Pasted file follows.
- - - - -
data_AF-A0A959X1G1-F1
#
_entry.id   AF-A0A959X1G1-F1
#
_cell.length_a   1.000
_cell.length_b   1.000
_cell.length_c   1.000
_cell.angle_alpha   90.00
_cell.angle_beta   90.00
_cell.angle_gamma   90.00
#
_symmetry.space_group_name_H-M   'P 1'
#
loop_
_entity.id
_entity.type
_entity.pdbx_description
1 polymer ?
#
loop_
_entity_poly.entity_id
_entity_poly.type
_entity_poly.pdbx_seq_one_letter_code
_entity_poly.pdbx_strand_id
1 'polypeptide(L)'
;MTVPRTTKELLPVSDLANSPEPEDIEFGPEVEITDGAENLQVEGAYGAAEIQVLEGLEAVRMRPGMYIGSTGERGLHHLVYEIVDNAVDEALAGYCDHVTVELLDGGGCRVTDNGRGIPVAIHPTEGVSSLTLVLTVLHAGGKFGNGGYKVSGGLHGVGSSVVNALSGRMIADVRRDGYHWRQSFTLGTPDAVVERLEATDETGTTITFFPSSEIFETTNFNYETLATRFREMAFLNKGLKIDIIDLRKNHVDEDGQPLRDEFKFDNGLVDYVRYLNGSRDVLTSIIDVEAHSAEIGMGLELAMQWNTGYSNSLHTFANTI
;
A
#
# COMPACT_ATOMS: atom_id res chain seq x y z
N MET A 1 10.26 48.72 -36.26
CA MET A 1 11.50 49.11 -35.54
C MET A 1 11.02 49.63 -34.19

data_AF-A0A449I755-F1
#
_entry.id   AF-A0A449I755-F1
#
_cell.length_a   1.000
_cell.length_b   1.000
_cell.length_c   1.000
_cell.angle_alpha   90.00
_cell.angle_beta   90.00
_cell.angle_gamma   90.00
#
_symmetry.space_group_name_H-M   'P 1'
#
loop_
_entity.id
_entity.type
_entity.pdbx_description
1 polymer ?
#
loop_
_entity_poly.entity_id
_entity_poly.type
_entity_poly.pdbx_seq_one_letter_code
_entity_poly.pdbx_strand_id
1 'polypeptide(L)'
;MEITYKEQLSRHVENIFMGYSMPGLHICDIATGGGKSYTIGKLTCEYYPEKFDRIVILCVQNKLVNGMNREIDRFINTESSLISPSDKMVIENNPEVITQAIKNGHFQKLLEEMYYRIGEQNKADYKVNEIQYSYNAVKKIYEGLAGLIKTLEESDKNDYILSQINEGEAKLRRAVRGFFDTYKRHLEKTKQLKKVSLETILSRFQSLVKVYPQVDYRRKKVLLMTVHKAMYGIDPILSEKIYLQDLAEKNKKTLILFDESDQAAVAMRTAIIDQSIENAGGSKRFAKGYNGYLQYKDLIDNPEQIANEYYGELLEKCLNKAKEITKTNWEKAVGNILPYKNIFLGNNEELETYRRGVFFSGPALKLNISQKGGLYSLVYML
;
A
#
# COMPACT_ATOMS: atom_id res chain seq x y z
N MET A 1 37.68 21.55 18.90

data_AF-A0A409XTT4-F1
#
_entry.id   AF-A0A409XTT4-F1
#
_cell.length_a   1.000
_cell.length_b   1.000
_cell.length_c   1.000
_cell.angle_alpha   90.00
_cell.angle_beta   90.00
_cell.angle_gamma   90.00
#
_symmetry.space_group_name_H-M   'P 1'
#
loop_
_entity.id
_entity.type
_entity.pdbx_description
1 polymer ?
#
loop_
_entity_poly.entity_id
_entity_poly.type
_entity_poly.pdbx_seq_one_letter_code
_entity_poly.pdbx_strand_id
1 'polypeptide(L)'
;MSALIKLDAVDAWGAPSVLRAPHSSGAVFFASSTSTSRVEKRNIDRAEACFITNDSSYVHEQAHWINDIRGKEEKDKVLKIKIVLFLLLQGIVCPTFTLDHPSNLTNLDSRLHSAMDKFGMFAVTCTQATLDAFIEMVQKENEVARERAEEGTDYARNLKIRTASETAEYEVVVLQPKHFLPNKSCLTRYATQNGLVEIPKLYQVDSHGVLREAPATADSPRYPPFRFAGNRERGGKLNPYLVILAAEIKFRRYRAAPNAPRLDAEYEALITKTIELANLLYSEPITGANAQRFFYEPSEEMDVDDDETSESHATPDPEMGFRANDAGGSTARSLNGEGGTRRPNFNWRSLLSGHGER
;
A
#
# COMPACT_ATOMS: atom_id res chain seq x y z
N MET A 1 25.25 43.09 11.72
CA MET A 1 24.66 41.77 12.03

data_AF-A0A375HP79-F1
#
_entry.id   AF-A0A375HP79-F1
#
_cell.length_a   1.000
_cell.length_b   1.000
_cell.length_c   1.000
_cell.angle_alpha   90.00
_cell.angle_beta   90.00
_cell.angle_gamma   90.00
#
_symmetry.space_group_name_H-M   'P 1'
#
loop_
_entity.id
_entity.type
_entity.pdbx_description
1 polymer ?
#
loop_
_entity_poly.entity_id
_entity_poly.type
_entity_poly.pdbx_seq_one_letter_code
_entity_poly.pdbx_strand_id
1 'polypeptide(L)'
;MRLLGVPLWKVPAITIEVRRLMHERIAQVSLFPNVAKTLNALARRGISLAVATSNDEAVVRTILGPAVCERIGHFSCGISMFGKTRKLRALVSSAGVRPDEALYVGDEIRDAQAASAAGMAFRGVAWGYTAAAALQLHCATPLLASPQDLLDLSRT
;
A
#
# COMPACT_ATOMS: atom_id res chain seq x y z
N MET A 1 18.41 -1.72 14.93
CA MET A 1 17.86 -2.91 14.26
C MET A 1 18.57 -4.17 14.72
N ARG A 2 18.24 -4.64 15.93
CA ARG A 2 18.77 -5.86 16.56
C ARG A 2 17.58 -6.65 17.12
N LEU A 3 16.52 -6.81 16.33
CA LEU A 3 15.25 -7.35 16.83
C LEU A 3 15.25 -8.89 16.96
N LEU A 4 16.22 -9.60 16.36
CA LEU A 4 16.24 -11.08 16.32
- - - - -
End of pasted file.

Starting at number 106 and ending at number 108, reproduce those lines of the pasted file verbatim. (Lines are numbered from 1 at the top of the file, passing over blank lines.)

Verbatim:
_cell.angle_gamma   90.00
#
_symmetry.space_group_name_H-M   'P 1'